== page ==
So the words of the prophet Isaiah were particularly relevant to me this week: (Isaiah 58:10-12)

If you do away with the yoke of oppression,
with the pointing finger and malicious talk,
and if you spend yourselves in behalf of the hungry
and satisfy the needs of the oppressed,
then your light will rise in the darkness,
and your night will become like the noonday.
The LORD will guide you always;
he will satisfy your needs in a sun-scorched land
and will strengthen your frame.
You will be like a well-watered garden,
like a spring whose waters never fail.
Your people will rebuild the ancient ruins
and will raise up the age-old foundations;
you will be called Repairer of Broken Walls,
Restorer of Streets with Dwellings.

Restorer of Streets with Dwellings. I like that. Because there are less and less dwellings on Bachtel every month. Summit Lake leads Akron in abandoned and vacant properties. And there is a clear effect on the neighborhood. I ask my neighbors what they think and there responses are usually sighs of 'what if.'

What if my family had moved in? What if they repaired the house? During the "For the Love of Akron" event, many artist's efforts to renew their city were displayed. One such artist Candy Chang from New Orleans developed "I Wish This Was" stickers

The stickers were posted all over New Orleans to express hope, despair, frustration, and potential.

I wish my street were full of good neighbors and not empty plots.

I wish there was a grocery store in walking distance.

I wish the school on the top of the hill wasn't unused and vacant.

I wish my street were a little more like Isaiah 58 and a lot less like Lamentations.


I can remember talking about nonviolence and pacifism at a coffee shop. I remember the debate over the theoretical question, "what if someone broke in your house and threatened your family?" I was 20, single, and relatively safe. The notion of someone breaking into my not-yet real house and threatening my non-existing family wasn't even a present reality.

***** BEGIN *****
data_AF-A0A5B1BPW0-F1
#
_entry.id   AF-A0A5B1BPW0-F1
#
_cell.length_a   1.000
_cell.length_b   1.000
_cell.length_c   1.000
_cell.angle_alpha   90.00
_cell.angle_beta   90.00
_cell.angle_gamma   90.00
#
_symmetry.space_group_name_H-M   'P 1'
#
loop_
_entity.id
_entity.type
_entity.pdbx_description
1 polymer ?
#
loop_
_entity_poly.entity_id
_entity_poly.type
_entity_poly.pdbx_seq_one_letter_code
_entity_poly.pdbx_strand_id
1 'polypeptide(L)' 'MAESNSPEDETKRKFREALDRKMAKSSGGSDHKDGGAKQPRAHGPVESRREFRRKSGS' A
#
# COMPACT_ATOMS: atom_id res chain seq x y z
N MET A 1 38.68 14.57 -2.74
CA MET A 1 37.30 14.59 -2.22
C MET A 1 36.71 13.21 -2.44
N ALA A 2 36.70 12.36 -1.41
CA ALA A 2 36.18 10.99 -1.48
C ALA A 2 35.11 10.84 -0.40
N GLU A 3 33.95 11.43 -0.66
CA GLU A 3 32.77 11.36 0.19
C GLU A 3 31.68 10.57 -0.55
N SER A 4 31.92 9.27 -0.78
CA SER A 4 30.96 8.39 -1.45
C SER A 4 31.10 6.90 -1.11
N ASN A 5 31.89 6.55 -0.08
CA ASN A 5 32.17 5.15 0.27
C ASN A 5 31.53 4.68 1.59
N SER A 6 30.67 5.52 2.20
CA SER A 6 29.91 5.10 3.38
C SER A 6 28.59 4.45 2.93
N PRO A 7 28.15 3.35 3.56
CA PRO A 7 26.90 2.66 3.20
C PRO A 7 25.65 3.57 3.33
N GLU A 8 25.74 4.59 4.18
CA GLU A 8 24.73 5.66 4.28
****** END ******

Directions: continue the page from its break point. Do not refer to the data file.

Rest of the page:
I look back at the conversation in disgust now. Because it so trivializes the real hurt and pain and loss that so many have actually felt. An 11 year old girl was hit by a stray bullet this week. She died soon thereafter. She had been a participant in South Street's urban gardens last year. Some of her extended family are still gardening participants this year.

I did not know the girl personally, but the weight of violence has burdened my heart this week. so much so that the hope of peace seems distant. It is easy for me to turn the other cheek, I've never been hit and I don't fight. But how do I tell children about peace when fighting is all they know? Sometimes, it feels like I don't practice nonviolence, but non-activity. Peace is easy when there is no conflict.

But for my neighbors and city, is peace even an option? Can the deep shalom of Christ be actualized in neighborhoods where girls get hit by stray bullets? I found Psalm 122 in my search for an answer; it reads as follows:

Psalm 122: 6-9

Pray for the peace of Jerusalem:
"May those who love you be secure.
May there be peace within your walls
and security within your citadels."
For the sake of my brothers and friends,
I will say, "Peace be within you."
For the sake of the house of the LORD our God,
I will seek your prosperity.

This is a song of ascent. A song the Jews would sing as they walked the dangerous hills and roads on their way to Jerusalem to worship. And it would be easy to trivialize this Psalm, to view it as a song instead of a promised prayer. So I tried a few extra-Biblical alterations:

Pray for the peace of Akron:
"May those who love you be safe.
May there be peace within your streets
and security within your homes."
For the sake of my brothers and friends,
I will say, "Peace be within you."
For the sake of the house of the LORD our God,
I will seek your prosperity.

I am convinced that there is not much I can do to change my neighbors outlook on peace and violence. But I know that I know that God does change hearts, redeem cities, and establish peace.

Pray for the peace of Akron.